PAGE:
A different kind of beauty

When we lived in Leeds, our January walks were illustrated with photographs of snowy landscapes, skeleton trees, isolated sheep and frost dusted drystone walls. Living on the outskirts of semi rural Leeds, this was the scenery and I never tired of it. Winter weekends were for cobweb blowing off epic walks, muddy boots, cosy pub lunches, open fires and ruddy cheeks.

But living in London the scenery of our winter walks is very different, depending upon which direction we head. Heading South, we walk through the deserted weekend streets of the City of London, its timeless streets devoid of bankers. Westward, the Barbican provides a gateway to Covent Garden and the incessant beating heart of the West End, jam-packed with tourists. We’re in the East already but heading out further East finds hip Spitalfields, the diversity of Brick Lane and beyond to Whitechapel and a glimpse of the real East End.

North is an interesting one. Council housing sits cheek by jowl with millionaire priced houses in Islington and unknown areas are discovered like De Beauvoir Town and Newington Green. These urban landscapes are constantly on the move, adapting, testament to the way the city has grown and spread over the centuries. Georgian architecture cohabits comfortably with Edwardian and Victorian houses have no choice but to get on with brutal 60s and 70s social housing.

This eclectic mix both fascinates and fires the imagination: buildings and houses repurposed over the years, neighbourhoods transformed, for better and worse, stories aching to be told everywhere. A winter walk on the streets of London reveals all of these details and I think a different kind of beauty emerges.


DSC_2376 DSC_2378 DSC_2385 DSC_2390 DSC_2371 DSC_2374 DSC_2380 DSC_2382 DSC_2373 DSC_2381 DSC_2392 DSC_2367 DSC_2393 DSC_2386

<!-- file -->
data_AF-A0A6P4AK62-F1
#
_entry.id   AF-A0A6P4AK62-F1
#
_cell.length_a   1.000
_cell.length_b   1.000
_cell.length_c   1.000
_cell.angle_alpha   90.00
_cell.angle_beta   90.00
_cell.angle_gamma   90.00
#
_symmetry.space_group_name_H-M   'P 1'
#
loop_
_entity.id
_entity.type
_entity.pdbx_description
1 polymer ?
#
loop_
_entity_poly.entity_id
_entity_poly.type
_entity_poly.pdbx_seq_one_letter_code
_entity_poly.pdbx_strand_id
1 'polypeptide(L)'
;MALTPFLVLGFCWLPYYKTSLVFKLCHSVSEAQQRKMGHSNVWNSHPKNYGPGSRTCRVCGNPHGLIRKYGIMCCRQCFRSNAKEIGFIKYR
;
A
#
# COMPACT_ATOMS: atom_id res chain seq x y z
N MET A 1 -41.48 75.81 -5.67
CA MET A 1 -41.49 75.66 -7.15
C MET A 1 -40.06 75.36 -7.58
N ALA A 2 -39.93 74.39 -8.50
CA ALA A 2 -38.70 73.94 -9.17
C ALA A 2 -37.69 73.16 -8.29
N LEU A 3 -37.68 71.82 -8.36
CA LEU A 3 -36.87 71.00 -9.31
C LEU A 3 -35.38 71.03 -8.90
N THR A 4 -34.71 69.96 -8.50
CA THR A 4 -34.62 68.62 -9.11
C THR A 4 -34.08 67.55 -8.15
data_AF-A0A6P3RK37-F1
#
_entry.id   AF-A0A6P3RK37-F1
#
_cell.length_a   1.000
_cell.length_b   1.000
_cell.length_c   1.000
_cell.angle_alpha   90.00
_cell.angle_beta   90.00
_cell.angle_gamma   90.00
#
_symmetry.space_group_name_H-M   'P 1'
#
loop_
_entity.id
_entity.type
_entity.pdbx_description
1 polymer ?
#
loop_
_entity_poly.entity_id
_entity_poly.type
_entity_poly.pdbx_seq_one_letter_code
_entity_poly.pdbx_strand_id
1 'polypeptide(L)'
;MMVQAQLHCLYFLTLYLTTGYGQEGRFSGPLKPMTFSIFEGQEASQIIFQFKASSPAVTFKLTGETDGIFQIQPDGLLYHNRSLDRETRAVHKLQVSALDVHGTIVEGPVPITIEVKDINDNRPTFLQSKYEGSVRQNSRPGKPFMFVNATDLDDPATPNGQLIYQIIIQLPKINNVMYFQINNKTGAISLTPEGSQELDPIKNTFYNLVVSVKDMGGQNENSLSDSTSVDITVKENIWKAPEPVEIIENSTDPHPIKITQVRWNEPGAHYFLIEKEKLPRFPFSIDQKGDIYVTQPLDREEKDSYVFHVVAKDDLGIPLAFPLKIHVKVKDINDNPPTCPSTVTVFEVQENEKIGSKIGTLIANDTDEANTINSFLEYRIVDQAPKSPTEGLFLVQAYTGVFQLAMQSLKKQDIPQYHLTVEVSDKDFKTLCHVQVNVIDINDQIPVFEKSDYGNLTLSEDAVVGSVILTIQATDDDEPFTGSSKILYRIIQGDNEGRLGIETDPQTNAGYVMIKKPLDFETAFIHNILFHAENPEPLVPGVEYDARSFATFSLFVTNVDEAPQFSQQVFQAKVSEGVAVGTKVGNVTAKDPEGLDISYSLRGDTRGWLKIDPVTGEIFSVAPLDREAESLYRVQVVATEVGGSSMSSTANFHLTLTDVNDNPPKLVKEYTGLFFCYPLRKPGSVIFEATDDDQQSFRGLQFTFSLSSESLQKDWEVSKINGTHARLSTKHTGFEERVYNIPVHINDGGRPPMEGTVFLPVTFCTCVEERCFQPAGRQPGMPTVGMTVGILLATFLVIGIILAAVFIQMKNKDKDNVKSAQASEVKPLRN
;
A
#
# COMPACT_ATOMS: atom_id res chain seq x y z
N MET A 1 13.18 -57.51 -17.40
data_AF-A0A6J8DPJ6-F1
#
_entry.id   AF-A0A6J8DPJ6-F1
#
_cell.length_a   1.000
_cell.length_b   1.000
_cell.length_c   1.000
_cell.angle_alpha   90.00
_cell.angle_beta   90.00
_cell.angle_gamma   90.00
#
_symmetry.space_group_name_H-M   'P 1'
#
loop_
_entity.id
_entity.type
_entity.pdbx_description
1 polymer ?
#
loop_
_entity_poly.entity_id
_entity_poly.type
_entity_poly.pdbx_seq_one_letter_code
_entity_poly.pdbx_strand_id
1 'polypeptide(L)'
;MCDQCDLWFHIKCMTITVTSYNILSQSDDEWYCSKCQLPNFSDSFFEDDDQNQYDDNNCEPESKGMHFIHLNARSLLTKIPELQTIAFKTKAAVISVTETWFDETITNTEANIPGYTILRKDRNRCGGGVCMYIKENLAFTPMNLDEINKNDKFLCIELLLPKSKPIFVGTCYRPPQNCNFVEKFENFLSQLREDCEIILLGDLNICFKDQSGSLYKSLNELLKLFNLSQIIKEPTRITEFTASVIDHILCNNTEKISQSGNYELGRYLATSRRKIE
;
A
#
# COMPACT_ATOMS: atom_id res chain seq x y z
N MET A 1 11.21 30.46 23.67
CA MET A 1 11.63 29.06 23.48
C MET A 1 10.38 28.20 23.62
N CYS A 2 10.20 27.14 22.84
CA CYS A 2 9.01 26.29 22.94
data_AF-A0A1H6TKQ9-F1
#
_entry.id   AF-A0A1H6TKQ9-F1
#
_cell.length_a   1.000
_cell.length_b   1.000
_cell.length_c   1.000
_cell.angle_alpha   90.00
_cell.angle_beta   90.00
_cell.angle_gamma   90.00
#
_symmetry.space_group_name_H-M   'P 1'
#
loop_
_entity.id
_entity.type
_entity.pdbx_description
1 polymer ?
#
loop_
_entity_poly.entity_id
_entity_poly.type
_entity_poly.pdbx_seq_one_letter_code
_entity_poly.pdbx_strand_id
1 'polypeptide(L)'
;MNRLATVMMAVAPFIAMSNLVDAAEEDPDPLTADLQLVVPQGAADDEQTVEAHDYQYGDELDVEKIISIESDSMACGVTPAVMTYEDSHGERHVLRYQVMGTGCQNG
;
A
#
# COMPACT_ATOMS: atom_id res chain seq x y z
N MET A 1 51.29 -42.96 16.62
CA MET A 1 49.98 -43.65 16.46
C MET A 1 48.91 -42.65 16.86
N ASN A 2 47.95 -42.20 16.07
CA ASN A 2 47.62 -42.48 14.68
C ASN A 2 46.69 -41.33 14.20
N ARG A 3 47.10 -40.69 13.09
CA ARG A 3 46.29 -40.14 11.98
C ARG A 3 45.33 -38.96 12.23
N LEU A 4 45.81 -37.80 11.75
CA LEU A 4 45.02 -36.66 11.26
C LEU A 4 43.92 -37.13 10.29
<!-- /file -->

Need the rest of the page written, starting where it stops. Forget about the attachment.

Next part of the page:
December will be magic again

December is always a lovely time for eating out: family, friends, work colleagues. It all gets a bit hectic to be honest and it can seem like a bit of a blur especially if like me you have your birthday in the middle of the action. Here’s a snapshot of some of the fab food I’ve been lucky enough to taste in the last month of 2014…


Christmas lunch was spent for the second year on the trot in Leeds at the rather wonderful Kendell’s Bistro. I make no bones about my love for this restaurant and to return after almost a year away was like visiting a much-loved and much-missed member of the family. Sharon and Steve always make us feel so very welcome and everything else just falls into place. Emotional.


Christmas Eve lunch at Sheffield’s Milestone was a delight. On a cold and dreary day, our third visit in as many years warmed the cockles. The Milestone suffers from locals thinking it’s high-price food but that’s not true, as a recent disappointing (and expensive) meal at Sheffield’s Silversmiths showed —The Milestone is still the best in town. If only the service was as good as the food then this place would be genuinely top drawer.


Early doors New Year’s Eve dinner at La Brindisa Tramontana in Shoreditch. A regular haunt for us due to the super authentic, high quality Tapas with lightning fast service we snuck in pre NYE madness and filled our end of year boots. We should probably try to find another tapas place nearby but why bother? La Brindisa is always cock on.


These lobster rolls were voted the Number Two dish in all of London recently by Time Out magazine (and they know a thing or two), so after a busy week culminating in a client pitch we thought we’d give them a try. Smack Deli had just recently opened and had the feel of a brand new concept —which I’m always a bit nervous about — but I needn’t have worried, the sandwiches are spectacular served with craft beers and cheerful staff. Go.